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Upping Occupancy

Looking at Truckee’s development future, it’s not all homes and shops ” many projects include hotels and other lodging.

The town is encouraging more lodging to increase tourism and the revenue tourism brings, but prospective builders and operators have to consider how much is too much as far as room inventory and occupancy.

Traditional overnight hotels are also giving way to new vacation home opportunities, like fractional home ownership, and how that changes the way vacationers stay in the Truckee Tahoe area.



“Right now we are losing lodging opportunities to outside of town,” said Town Planner Duane Hall. “We are looking at becoming more of a center or base for visitors to the Truckee-North Lake Tahoe area.”

Even so, Hall said there is a potential for too much lodging, and new businesses have to consider what the market can sustain.



“That’s why we haven’t seen a rush on lodging, but Marriot believes there is enough support to open another hotel,” Hall said.

Marriot is the next hotel planned for Truckee at Donner Pass Road and Interstate 80.

Hall said recent additions including the Hampton Inn and the Cedar House Sport Hotel have increased transient occupancy tax ” a 10 percent tax collected on hotel rooms ” and expects future lodging to continue that trend.

For the 2007-08 fiscal year, transient occupancy tax could bring in an estimated $1,050,000, making up a significant portion of the town’s roughly $14-million tax base.

But even as new hotels are planned, existing lodging is in the region is changing, such as at the Resort at Squaw Creek where 405 rooms were converted to condos to bring in additional investment, Doug Phillips, director of marketing and sales for the resort, told the Sun in 2006.

Elsewhere in East West Partners’ developments such as Old Greenwood, fractionally owned homes have posted some of the highest sales numbers in the country, Bill Fiveash, vice president of sales and marketing for Tahoe Mountain Resorts told the Sun in January.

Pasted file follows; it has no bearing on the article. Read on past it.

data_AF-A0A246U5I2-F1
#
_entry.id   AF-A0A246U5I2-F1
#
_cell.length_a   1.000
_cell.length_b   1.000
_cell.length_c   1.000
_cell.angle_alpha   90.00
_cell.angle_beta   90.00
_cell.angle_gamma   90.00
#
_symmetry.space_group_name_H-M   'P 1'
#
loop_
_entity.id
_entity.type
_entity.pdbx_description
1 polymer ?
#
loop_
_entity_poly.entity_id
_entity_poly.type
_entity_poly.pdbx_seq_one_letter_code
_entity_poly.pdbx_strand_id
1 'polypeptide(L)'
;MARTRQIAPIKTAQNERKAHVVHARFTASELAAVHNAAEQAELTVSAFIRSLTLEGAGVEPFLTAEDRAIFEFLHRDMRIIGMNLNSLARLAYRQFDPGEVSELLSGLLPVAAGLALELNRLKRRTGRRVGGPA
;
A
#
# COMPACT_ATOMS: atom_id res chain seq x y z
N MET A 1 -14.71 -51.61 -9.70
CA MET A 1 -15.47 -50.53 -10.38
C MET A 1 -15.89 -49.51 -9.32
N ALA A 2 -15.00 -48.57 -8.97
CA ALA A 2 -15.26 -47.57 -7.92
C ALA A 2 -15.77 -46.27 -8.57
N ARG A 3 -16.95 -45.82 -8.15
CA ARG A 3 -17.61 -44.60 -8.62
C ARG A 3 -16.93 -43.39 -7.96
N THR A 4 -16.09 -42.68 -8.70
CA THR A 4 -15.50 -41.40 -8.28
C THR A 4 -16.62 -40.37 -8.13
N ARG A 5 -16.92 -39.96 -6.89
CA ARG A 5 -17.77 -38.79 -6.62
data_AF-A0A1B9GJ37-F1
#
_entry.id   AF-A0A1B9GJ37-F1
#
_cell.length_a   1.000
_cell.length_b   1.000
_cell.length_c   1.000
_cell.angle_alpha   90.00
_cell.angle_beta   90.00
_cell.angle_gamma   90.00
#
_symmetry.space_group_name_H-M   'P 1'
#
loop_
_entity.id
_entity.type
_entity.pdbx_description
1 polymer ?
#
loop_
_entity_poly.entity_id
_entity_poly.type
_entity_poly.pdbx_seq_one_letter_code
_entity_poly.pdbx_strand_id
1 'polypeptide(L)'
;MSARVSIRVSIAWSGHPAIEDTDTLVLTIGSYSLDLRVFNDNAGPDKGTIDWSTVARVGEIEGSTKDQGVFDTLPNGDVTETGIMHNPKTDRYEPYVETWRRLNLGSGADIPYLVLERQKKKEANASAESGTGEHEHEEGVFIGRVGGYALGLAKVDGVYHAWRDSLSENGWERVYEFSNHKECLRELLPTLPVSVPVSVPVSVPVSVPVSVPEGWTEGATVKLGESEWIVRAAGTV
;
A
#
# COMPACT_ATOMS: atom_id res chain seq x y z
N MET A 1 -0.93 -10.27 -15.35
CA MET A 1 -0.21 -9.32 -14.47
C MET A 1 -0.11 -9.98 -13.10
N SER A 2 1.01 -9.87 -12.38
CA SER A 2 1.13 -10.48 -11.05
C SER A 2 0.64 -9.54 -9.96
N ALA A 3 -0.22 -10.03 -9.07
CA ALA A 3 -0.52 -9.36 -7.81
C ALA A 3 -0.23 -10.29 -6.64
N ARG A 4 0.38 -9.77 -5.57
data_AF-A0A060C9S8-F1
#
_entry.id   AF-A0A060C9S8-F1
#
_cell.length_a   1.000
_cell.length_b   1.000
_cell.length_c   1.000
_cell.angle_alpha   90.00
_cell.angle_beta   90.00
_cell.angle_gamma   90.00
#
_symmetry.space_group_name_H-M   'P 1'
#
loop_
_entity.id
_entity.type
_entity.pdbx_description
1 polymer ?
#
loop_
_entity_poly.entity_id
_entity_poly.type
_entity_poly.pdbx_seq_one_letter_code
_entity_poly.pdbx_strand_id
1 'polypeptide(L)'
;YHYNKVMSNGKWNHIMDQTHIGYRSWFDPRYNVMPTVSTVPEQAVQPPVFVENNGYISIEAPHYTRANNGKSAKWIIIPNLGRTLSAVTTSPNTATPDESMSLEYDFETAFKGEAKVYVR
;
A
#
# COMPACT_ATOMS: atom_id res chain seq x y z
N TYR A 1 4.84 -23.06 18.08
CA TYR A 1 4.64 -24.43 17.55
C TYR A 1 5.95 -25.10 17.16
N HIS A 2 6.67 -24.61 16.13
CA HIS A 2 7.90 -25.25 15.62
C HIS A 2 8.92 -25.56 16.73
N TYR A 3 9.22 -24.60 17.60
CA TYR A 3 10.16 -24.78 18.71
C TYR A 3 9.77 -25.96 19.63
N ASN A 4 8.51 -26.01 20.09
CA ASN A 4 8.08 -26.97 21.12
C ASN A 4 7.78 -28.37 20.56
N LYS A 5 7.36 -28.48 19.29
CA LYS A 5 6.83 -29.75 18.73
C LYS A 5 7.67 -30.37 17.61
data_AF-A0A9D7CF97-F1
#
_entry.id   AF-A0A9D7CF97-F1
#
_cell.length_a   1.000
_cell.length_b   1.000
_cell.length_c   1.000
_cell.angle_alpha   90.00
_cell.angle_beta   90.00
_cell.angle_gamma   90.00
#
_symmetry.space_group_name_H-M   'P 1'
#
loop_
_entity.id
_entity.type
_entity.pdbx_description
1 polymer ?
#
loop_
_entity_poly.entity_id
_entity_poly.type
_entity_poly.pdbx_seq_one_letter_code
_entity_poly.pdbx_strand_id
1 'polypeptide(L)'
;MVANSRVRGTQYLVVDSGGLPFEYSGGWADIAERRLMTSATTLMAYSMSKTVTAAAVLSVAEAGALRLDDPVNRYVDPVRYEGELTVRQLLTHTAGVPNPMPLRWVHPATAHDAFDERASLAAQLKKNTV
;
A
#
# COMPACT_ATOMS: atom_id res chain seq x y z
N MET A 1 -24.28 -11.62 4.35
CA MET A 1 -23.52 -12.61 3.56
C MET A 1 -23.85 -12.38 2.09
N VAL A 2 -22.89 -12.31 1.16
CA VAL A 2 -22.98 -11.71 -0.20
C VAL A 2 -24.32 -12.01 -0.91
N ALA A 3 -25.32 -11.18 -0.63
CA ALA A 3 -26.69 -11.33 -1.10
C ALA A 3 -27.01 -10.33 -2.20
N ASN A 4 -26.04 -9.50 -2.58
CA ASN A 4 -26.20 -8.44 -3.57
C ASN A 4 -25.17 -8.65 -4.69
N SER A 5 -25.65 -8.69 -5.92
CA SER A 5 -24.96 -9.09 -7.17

Tom Watson, managing partner of Truckee River Associates, said changing traditional lodging into “condo hotels,” where units are sold as condos and rented when vacant, as well as fractional ownership, is a growing trend in the area.

Closest to beginning construction in Truckee is the 110-room Marriot Residence Inn planned as part of the Barsell Property development at the Interstate 80-Donner Pass Road interchange near the Truckee Cemetery.

Jenna Endres, associate planner with the Town of Truckee, said depending on some small changes to the project plans, the hotel could begin construction by the end of this summer.

In Gray’s Crossing at the planned Village, a 120- to 150-room “condo hotel” is in early planning stages, said Henry Reed, a managing partner with RDK Partners.

Gray’s Crossing Project Manager Jeff Butterworth said that development’s hotel would find a different niche in Truckee’s lodging as a condo hotel, meant for people staying weeks, not days.

JMA Ventures, owners of the Homewood Mountain Resort, are planning an over 40,000 square-foot hotel along the Truckee River downtown. Named Hotel Avery, the three story building may include a hotel, restaurant, and condominiums, and would be located on the corner of Bridge Street and South East River Street.

The Railyard development, just east of downtown Truckee, also has a hotel in the works.

The hotel would be a smaller, boutique-type similar to Hotel Healdsburg in the Napa wine country region, Rick Holliday, president of Holliday Development told the Sun in May.

Associate Planner Denyelle Nishimori said initial plans call for 52 rooms at the Railyard hotel.

Looking further into the future ” potentially 2012 ” as part of plans to create a three-story parking structure at the current downtown Truckee post office site, a three-story, roughly 100-room hotel could spring up across Jibboom Street, said Redevelopment and Housing Coordinator David Griffith.

Though Griffith said he has only had very preliminary discussions about lodging on the site, developers have proposed that the hotel would have a fractional ownership component to capitalize on the growing market.

Griffith also said lodging is one of a few possibilities for the Bright Property at the end of South River Street, with a maximum of 120 “lodging units” allowed by the Downtown Specific Plan.


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